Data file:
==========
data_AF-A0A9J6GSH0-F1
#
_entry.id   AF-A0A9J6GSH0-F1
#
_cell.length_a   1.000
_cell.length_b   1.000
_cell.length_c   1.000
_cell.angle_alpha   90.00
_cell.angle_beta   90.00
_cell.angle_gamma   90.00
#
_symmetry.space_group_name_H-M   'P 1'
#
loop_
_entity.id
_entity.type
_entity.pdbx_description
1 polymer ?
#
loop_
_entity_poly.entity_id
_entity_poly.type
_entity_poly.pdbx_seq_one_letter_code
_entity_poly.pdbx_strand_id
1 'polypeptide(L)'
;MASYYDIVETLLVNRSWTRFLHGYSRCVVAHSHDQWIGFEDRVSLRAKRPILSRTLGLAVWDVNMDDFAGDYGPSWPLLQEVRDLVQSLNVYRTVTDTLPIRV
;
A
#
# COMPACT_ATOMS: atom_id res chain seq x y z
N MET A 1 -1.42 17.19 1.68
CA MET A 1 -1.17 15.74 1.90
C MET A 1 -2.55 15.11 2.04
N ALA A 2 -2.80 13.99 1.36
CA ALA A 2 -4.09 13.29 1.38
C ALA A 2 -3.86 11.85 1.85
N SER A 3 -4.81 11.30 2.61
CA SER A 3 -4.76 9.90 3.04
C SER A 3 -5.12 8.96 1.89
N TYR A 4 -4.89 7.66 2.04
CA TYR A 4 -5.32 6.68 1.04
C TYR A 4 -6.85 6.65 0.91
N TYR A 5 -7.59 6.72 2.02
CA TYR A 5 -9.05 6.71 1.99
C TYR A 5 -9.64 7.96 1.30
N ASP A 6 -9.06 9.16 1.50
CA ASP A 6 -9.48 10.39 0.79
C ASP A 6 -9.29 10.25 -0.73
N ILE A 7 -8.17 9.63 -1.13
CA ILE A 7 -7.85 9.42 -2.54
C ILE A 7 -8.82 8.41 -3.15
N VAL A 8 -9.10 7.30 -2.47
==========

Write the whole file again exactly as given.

data_AF-A0A9J6GSH0-F1
#
_entry.id   AF-A0A9J6GSH0-F1
#
_cell.length_a   1.000
_cell.length_b   1.000
_cell.length_c   1.000
_cell.angle_alpha   90.00
_cell.angle_beta   90.00
_cell.angle_gamma   90.00
#
_symmetry.space_group_name_H-M   'P 1'
#
loop_
_entity.id
_entity.type
_entity.pdbx_description
1 polymer ?
#
loop_
_entity_poly.entity_id
_entity_poly.type
_entity_poly.pdbx_seq_one_letter_code
_entity_poly.pdbx_strand_id
1 'polypeptide(L)'
;MASYYDIVETLLVNRSWTRFLHGYSRCVVAHSHDQWIGFEDRVSLRAKRPILSRTLGLAVWDVNMDDFAGDYGPSWPLLQEVRDLVQSLNVYRTVTDTLPIRV
;
A
#
# COMPACT_ATOMS: atom_id res chain seq x y z
N MET A 1 -1.42 17.19 1.68
CA MET A 1 -1.17 15.74 1.90
C MET A 1 -2.55 15.11 2.04
N ALA A 2 -2.80 13.99 1.36
CA ALA A 2 -4.09 13.29 1.38
C ALA A 2 -3.86 11.85 1.85
N SER A 3 -4.81 11.30 2.61
CA SER A 3 -4.76 9.90 3.04
C SER A 3 -5.12 8.96 1.89
N TYR A 4 -4.89 7.66 2.04
CA TYR A 4 -5.32 6.68 1.04
C TYR A 4 -6.85 6.65 0.91
N TYR A 5 -7.59 6.72 2.02
CA TYR A 5 -9.05 6.71 1.99
C TYR A 5 -9.64 7.96 1.30
N ASP A 6 -9.06 9.16 1.50
CA ASP A 6 -9.48 10.39 0.79
C ASP A 6 -9.29 10.25 -0.73
N ILE A 7 -8.17 9.63 -1.13
CA ILE A 7 -7.85 9.42 -2.54
C ILE A 7 -8.82 8.41 -3.15
N VAL A 8 -9.10 7.30 -2.47